Study design

The study protocol was approved by the local institutional review board of the Linyi People’s Hospital. Verbal consent was obtained from all patients for participating the study at the time of diagnosis.

The study was carried out on patients treated between 2015 and 2018 at Linyi People’s Hospital. A total of 70 patients with PcomAA-induced ONP were included in the study. Aneurysm treatment followed the standard recommendation from the International Study of Unruptured Intracranial Aneurysms [12]. Each patient was individually evaluated by the neurointerventional physicians and neurosurgeons for risk assessment based on their characteristics. The entire procedure of the two treatment methods was carefully explained to the patients by the doctor. If the patient did not have a preference, they will be randomly assigned to the two groups. Otherwise, their preferred treatment method was used. Patients with SAH symptom were intravenously administered with nimodipine and tranexamic acid on a daily basis before the treatment after admission.

The inclusion criteria were patients with PcomAA-induced ONP, treated with either the surgical clipping or the endovascular embolization methods. In addition, only patients who had at least one postoperative angiographic image taken and were followed for 12 months were included in this study. On the other hand, patients with diabetic ophthalmoplegia and/or hypertension and patients followed for less than 12 months were excluded from the study.

Basic patient characteristics, such as age, gender and time to treatment were recorded for each individual patient (Tables S1). In addition, ONP and aneurysm-related characteristics, including ONP type, aneurysm diameter, SAH grade, presence of aneurysm rupture were also individually recorded (Table S1). All characteristics were selected based on previously published similar studies [13,14,15,16].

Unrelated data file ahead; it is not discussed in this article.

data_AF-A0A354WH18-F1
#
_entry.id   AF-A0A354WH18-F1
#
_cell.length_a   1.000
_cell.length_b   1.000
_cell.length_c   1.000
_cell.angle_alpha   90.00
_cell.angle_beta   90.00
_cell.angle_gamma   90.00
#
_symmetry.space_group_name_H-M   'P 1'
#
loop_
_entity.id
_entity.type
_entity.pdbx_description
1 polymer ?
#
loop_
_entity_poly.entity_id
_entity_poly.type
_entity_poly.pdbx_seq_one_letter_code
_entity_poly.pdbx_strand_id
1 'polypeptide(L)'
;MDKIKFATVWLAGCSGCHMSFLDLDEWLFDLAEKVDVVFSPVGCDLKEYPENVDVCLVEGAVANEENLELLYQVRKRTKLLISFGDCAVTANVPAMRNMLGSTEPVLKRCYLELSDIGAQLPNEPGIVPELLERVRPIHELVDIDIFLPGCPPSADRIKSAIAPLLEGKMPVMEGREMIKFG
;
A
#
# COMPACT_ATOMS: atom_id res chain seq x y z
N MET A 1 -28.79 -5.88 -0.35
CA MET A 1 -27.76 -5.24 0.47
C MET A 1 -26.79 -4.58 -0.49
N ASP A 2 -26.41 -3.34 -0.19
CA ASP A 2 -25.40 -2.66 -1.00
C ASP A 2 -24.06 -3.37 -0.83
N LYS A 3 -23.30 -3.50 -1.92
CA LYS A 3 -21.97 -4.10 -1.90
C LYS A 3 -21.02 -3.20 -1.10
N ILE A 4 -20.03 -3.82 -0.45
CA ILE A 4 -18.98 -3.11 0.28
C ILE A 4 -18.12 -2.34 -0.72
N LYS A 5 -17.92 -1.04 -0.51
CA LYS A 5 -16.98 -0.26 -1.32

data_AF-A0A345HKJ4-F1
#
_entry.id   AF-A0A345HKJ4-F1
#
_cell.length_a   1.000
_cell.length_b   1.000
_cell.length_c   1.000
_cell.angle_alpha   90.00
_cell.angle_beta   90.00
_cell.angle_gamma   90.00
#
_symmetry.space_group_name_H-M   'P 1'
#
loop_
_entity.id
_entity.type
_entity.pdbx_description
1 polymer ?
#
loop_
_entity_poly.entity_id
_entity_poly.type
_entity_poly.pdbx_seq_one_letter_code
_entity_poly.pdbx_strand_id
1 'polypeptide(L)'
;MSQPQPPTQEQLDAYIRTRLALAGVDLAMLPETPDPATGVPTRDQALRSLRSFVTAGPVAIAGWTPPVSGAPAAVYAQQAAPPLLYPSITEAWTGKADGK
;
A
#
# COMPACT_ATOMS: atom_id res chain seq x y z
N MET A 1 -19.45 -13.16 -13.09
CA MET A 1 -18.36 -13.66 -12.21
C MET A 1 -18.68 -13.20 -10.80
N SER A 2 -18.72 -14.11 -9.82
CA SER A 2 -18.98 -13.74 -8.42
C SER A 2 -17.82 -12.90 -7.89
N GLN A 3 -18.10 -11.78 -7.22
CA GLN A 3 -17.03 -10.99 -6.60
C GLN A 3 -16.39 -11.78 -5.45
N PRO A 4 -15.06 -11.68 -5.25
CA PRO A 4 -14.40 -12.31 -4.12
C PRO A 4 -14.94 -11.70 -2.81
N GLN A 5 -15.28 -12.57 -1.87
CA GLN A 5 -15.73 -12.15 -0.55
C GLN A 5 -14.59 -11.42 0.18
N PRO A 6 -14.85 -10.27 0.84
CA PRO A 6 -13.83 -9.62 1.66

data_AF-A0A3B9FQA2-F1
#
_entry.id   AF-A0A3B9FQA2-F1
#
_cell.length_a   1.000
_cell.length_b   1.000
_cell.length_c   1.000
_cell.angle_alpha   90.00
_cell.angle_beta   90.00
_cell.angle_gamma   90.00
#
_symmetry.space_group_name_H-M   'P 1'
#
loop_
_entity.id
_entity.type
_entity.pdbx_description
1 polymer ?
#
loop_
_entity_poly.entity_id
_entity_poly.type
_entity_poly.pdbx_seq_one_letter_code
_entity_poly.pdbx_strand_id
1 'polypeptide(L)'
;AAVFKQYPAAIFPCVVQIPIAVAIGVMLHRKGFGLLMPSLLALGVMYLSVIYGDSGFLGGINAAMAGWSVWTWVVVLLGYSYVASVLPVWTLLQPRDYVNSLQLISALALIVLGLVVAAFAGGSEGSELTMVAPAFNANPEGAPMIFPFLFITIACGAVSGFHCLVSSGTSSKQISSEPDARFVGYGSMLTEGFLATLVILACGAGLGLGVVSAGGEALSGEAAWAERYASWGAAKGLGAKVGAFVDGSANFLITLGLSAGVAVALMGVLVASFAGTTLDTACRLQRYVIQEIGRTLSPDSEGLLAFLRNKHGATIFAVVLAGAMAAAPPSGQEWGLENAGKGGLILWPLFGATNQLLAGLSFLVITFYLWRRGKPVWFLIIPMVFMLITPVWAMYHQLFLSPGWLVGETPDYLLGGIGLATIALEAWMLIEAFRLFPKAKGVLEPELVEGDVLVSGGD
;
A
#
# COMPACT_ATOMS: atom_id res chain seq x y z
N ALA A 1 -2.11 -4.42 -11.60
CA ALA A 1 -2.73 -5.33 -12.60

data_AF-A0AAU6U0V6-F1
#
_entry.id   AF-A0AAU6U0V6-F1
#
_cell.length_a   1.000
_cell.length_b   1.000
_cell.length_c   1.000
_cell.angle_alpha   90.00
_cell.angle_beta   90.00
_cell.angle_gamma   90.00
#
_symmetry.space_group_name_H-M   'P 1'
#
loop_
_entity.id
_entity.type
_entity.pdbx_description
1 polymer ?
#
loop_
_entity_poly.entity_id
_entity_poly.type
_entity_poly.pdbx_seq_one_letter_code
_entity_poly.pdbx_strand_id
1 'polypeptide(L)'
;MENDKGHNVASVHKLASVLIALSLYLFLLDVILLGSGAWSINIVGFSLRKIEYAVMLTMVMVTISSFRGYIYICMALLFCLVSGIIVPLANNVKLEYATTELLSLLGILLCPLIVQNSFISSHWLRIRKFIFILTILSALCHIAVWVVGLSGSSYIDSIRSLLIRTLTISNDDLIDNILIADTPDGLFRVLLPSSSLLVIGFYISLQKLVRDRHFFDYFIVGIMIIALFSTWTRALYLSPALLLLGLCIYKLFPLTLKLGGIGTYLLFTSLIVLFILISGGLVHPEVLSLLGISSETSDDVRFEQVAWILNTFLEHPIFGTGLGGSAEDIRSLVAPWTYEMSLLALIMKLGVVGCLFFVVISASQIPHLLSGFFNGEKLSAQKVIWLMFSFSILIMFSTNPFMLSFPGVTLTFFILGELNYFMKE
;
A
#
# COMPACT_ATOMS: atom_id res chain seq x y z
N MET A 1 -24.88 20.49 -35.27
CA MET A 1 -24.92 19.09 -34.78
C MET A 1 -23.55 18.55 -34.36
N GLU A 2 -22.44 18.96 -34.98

Treatment procedures

Surgical clipping was performed according to a previously described pterional approach [17]. Endovascular embolization was performed with coil packing according to previously reported guidance [18].

Patient follow-up

The patients were monitored on a daily basis after the treatment and further followed for a 12-month period after being discharged from the hospital to assess their recovery state. At the end of the 12-month follow-up period, the patient was defined to be fully recovered if all the diagnostic symptoms of ONP was disappeared. If 1 or more symptoms remained, a partial recovery was defined for the patient. We followed the previously published diagnostic criteria for ONP [19], including ipsilateral ptosis, ophthalmoplegia, diplopia, mydriasis and impaired pupillary light reflex. The time to full recovery was recorded on the day of assessment when all symptoms were eliminated. Degree of ONP was evaluated by professional neuro-ophthalmologists, who were blinded for the treatment modality.

Statistical analysis

SPSS software was used for statistical analysis. Unpaired t test and rank sum test were respectively used for parametrically and non-parametically distributed data to compare the variables between the two groups, where p < 0.05 was considered as statistical significance. Multivariate logistic regression analysis was used to examine the pretreatment factors that predict the surgical clipping and endovascular embolization outcome.

Results

Patient characteristics before treatment

The 70 patients with PcomAA-induced ONP were selected from a total of 713 intracranial aneurysm cases treated at our hospital. PcomAA was confirmed by the dual usage of computed tomography angiography and digital subtraction angiography. The patients were separated into two groups based on the treatment they received: the surgical clipping group consisted of 31 patients and the endovascular embolization group consisted of 39 patients.